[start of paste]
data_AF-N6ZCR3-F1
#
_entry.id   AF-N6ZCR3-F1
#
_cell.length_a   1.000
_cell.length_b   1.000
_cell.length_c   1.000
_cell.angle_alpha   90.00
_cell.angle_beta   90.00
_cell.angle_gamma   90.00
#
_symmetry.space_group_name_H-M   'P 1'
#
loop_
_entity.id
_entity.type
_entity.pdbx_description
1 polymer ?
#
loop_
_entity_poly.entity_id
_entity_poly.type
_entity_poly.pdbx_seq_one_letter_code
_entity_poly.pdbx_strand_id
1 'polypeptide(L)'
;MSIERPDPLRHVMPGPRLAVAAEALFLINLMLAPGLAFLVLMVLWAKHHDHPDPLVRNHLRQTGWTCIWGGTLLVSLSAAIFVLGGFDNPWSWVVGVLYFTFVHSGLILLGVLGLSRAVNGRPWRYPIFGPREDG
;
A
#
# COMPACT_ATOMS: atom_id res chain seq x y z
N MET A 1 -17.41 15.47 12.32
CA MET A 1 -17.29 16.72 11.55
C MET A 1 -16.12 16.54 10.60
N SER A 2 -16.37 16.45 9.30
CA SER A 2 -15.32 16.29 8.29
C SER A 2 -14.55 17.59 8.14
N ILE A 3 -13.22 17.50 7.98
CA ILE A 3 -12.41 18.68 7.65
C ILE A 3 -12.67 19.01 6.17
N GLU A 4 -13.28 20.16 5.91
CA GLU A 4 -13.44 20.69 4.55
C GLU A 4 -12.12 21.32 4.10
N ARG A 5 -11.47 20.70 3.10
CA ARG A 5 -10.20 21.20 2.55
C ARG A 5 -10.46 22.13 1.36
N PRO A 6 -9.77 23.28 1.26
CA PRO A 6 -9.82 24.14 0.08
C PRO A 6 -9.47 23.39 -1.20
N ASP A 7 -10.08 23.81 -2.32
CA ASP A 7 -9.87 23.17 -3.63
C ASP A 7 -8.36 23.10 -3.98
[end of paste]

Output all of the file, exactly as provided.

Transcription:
data_AF-N6ZCR3-F1
#
_entry.id   AF-N6ZCR3-F1
#
_cell.length_a   1.000
_cell.length_b   1.000
_cell.length_c   1.000
_cell.angle_alpha   90.00
_cell.angle_beta   90.00
_cell.angle_gamma   90.00
#
_symmetry.space_group_name_H-M   'P 1'
#
loop_
_entity.id
_entity.type
_entity.pdbx_description
1 polymer ?
#
loop_
_entity_poly.entity_id
_entity_poly.type
_entity_poly.pdbx_seq_one_letter_code
_entity_poly.pdbx_strand_id
1 'polypeptide(L)'
;MSIERPDPLRHVMPGPRLAVAAEALFLINLMLAPGLAFLVLMVLWAKHHDHPDPLVRNHLRQTGWTCIWGGTLLVSLSAAIFVLGGFDNPWSWVVGVLYFTFVHSGLILLGVLGLSRAVNGRPWRYPIFGPREDG
;
A
#
# COMPACT_ATOMS: atom_id res chain seq x y z
N MET A 1 -17.41 15.47 12.32
CA MET A 1 -17.29 16.72 11.55
C MET A 1 -16.12 16.54 10.60
N SER A 2 -16.37 16.45 9.30
CA SER A 2 -15.32 16.29 8.29
C SER A 2 -14.55 17.59 8.14
N ILE A 3 -13.22 17.50 7.98
CA ILE A 3 -12.41 18.68 7.65
C ILE A 3 -12.67 19.01 6.17
N GLU A 4 -13.28 20.16 5.91
CA GLU A 4 -13.44 20.69 4.55
C GLU A 4 -12.12 21.32 4.10
N ARG A 5 -11.47 20.70 3.10
CA ARG A 5 -10.20 21.20 2.55
C ARG A 5 -10.46 22.13 1.36
N PRO A 6 -9.77 23.28 1.26
CA PRO A 6 -9.82 24.14 0.08
C PRO A 6 -9.47 23.39 -1.20
N ASP A 7 -10.08 23.81 -2.32
CA ASP A 7 -9.87 23.17 -3.63
C ASP A 7 -8.36 23.10 -3.98